It goes without saying that the best part of being involved with the Knight-Mozilla News Innovation Challenge (voting ends June 19th, come out and play!) is the opportunity to interact with brilliant people.
Ted Han holds one of those fantastic hybrid minds that not only can chew on a batch of code and spit out something shiny, but also thinks outside of the box that the code has to live in. Ted sent in a number of proposals across the board covering all thee challenges. The two entries I'm particularly fond of demonstrate not only technical chops, but fresh ways of thinking about the news process as a whole. Here's why they speak to me:
I'm a sucker for the classics, and all of us who've been on computers long enough have a soft spot for text based adventure games (no graphics, just a written story that respond to commands that the player types in). Ever since a friend informed me of the underground resurgence of interactive fiction, I couldn't help but wonder how we can harness the power and purity of text to become interactive non-fiction.
Regardless of the new storytelling methods and sensory experiences that the future brings, it will be a long time before we come up with something that is truly as accessible and adaptable as good old fashioned text.
People who are interested in making their own interactive stories have more options than ever, with new programming languages such as Inform7 that are designed to be used by people who only know plain English. With the steady ubiquity of personal reading devices on the market, there's a great opportunity to communicate rich experiences using a simple medium that we all can understand. Ted has a lot of interesting observations on the similarities between TbA games and the journalistic process, as well the transformative potential that TbA games hold. As he notes,
"The key narrative feature that both news pieces and TbAs share is an anticipation of what users know and wish to know. However, where Journalism simply attempts to target a safe lowest common denominator which presumes only what all users know in an attempt to cover the broadest swath of readership, TbAs offer users the ability to discover and investigate narrative elements in further depth, should they so choose."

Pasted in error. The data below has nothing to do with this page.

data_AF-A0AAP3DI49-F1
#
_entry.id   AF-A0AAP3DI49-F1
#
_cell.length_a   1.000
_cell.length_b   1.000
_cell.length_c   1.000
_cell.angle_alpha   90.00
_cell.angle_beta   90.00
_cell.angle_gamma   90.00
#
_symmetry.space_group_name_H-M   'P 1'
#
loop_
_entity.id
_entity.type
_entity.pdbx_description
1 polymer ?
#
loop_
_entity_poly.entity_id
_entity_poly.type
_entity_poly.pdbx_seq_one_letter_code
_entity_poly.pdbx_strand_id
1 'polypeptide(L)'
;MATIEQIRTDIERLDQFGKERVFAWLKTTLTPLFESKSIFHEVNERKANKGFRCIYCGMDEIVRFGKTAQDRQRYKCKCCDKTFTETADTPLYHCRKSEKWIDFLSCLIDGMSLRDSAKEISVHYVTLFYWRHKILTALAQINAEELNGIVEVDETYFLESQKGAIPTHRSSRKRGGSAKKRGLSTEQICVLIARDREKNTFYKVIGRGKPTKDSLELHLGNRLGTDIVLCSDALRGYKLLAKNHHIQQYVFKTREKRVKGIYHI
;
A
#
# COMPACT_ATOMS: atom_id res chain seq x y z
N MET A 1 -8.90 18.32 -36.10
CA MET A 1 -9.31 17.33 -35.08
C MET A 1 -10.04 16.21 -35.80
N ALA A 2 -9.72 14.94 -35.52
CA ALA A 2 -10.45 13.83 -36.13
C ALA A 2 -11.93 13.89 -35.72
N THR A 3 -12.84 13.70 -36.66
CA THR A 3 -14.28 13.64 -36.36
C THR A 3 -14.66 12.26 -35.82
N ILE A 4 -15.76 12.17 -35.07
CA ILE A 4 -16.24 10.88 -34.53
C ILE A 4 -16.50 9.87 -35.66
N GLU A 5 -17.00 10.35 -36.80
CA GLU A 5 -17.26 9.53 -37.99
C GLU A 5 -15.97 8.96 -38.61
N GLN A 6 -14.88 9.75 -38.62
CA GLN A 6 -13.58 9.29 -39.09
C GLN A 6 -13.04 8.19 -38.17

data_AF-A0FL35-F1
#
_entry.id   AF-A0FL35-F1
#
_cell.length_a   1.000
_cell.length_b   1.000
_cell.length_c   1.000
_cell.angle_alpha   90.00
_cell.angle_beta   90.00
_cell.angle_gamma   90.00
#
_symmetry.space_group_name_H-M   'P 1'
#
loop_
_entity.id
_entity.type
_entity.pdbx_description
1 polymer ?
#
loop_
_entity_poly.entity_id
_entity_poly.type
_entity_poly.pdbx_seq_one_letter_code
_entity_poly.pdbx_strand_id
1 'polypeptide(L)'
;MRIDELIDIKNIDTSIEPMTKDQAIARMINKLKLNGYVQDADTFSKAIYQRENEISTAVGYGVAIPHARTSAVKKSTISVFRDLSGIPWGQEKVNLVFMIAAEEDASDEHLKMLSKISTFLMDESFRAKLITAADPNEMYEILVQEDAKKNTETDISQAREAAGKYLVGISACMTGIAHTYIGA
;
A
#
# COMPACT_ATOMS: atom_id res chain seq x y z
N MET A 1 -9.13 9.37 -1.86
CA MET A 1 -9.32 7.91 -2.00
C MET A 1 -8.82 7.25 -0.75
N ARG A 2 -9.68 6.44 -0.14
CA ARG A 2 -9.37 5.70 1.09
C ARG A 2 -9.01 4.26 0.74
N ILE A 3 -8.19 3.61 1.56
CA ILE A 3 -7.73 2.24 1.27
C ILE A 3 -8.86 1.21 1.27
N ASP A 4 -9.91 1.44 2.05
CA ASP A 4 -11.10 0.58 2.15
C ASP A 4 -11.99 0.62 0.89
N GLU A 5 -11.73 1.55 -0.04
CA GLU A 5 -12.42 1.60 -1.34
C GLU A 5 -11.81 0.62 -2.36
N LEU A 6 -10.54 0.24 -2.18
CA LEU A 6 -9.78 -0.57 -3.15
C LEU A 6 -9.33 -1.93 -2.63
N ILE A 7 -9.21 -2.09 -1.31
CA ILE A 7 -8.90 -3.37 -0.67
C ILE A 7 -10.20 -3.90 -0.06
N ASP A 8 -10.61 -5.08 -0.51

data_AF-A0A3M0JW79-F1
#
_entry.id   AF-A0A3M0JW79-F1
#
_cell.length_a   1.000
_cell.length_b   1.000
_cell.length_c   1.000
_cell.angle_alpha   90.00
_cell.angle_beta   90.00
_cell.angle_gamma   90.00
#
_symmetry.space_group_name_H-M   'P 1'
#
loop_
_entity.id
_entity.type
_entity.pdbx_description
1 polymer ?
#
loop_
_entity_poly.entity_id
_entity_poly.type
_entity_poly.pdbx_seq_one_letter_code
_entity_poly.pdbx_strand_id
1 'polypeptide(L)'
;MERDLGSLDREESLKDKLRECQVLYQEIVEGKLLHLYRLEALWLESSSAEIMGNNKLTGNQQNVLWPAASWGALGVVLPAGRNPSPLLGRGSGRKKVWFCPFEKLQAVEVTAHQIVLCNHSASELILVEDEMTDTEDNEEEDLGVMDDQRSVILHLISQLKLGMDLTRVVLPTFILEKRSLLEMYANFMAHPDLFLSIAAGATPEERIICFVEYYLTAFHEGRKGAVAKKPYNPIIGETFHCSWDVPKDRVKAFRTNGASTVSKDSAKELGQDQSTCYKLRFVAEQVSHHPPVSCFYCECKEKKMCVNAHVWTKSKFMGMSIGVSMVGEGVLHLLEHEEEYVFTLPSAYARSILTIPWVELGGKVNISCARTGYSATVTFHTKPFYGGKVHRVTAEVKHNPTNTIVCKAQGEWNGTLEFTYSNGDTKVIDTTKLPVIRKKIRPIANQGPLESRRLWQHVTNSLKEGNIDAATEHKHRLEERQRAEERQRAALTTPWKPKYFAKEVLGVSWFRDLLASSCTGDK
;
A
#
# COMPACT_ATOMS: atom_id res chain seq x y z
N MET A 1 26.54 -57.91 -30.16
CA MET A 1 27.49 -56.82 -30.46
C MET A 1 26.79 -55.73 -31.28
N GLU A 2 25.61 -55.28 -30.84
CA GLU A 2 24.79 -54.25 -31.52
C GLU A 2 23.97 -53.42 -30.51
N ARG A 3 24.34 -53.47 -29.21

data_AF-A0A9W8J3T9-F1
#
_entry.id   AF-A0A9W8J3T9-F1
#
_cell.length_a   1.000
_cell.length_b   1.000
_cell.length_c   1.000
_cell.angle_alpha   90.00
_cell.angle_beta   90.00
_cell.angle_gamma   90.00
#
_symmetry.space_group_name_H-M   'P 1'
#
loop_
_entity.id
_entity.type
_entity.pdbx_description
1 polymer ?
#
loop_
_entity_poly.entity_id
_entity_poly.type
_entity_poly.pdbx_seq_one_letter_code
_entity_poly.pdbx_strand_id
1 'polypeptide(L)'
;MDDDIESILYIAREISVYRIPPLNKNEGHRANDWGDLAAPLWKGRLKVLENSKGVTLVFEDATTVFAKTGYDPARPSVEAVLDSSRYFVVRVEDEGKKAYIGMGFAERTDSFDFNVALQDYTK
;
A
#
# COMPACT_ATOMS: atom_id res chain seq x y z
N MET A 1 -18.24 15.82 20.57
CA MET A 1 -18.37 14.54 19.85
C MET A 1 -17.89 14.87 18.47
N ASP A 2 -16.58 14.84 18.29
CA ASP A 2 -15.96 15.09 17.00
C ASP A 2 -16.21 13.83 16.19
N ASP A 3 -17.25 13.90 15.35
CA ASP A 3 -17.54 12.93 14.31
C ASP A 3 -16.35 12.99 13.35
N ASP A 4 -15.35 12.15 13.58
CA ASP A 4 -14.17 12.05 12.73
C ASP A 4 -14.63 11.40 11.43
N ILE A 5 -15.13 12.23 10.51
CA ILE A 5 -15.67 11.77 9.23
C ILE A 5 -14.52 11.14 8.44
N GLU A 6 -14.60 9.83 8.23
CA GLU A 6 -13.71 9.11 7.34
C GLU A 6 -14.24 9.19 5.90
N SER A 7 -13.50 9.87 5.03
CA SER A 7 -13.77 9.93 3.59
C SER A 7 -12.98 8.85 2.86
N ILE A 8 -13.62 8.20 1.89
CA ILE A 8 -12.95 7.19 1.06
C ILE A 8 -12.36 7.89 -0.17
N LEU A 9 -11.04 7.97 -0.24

But like I said, Ted doesn't just lay down obscure gonzo theory, he likes to deal with the nuts and bolts as well. Through another submission he asks:
Good question. Let's bring scraping to the masses! As he notes in the comments:
"Turns out there are a few visual web scrapers, none of which are free unfortunately. http://www.needlebase.com/ does some cool things, but unfortunately limits it's utility unless you pay for an account. And i'm still exploring http://www.outwit.com/"
I'm sure there's a lot that can be done with those tools, but there will always be a lot more that can be done when we're building them together and keeping them free.
Now that we all make data like bees make honey, Journalists need to be ready and willing to harvest it without fear of getting stung by technology.
This entry is also a great testament to the support of the Drumbeat community, as another commenter suggested
"It'd be interesting to see if you could partner up with http://scraperwiki.com/, who are already doing some pretty good work in trying to make scraping more non-programmer-friendly."
This reminds me of two things:
- It's important that we have a grasp of who's doing what already, and I actually had a chance to introduce myself to Ted while we were jamming on this EtherPad, which has some great examples of groundbreaking projects entering the news innovation arena. Feel free to add some stuff there that we missed so we can get them over to the MoJo Wiki
- Leaving comments are really helpful! The review team will be looking at them while selecting the "MoJo 60" who will be moving on to the Learning Lab (which we'll get to a bit later...), and more importantly, the idea creators will be reading them and will warmly appreciate you stopping by.
You have only until June 19th to vote for your favorite submissions, so check 'em out and support the brave pioneers who made their brains sweat in hopes of building something to benefit us all.